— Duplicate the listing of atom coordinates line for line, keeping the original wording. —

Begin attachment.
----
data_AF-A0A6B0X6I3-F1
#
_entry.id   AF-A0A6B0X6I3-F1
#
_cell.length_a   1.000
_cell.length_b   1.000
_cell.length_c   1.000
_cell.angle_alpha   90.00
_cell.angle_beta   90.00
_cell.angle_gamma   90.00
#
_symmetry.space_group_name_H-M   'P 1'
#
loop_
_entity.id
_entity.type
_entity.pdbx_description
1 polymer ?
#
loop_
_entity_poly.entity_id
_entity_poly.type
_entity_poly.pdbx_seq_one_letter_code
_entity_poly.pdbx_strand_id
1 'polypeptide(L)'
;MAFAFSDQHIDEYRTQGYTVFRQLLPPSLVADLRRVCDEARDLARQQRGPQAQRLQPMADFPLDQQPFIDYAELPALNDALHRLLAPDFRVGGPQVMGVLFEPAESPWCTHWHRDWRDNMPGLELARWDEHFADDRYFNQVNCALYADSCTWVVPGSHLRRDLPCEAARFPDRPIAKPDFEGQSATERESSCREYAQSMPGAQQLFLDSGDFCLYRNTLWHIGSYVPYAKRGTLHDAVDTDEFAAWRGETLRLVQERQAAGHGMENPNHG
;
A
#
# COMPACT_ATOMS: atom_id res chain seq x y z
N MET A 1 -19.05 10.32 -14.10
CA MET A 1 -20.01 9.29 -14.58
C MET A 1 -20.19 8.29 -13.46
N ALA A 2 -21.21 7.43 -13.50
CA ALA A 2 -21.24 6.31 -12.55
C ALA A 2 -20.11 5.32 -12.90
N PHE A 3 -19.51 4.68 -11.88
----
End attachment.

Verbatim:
data_AF-A0A6B0X6I3-F1
#
_entry.id   AF-A0A6B0X6I3-F1
#
_cell.length_a   1.000
_cell.length_b   1.000
_cell.length_c   1.000
_cell.angle_alpha   90.00
_cell.angle_beta   90.00
_cell.angle_gamma   90.00
#
_symmetry.space_group_name_H-M   'P 1'
#
loop_
_entity.id
_entity.type
_entity.pdbx_description
1 polymer ?
#
loop_
_entity_poly.entity_id
_entity_poly.type
_entity_poly.pdbx_seq_one_letter_code
_entity_poly.pdbx_strand_id
1 'polypeptide(L)'
;MAFAFSDQHIDEYRTQGYTVFRQLLPPSLVADLRRVCDEARDLARQQRGPQAQRLQPMADFPLDQQPFIDYAELPALNDALHRLLAPDFRVGGPQVMGVLFEPAESPWCTHWHRDWRDNMPGLELARWDEHFADDRYFNQVNCALYADSCTWVVPGSHLRRDLPCEAARFPDRPIAKPDFEGQSATERESSCREYAQSMPGAQQLFLDSGDFCLYRNTLWHIGSYVPYAKRGTLHDAVDTDEFAAWRGETLRLVQERQAAGHGMENPNHG
;
A
#
# COMPACT_ATOMS: atom_id res chain seq x y z
N MET A 1 -19.05 10.32 -14.10
CA MET A 1 -20.01 9.29 -14.58
C MET A 1 -20.19 8.29 -13.46
N ALA A 2 -21.21 7.43 -13.50
CA ALA A 2 -21.24 6.31 -12.55
C ALA A 2 -20.11 5.32 -12.90
N PHE A 3 -19.51 4.68 -11.88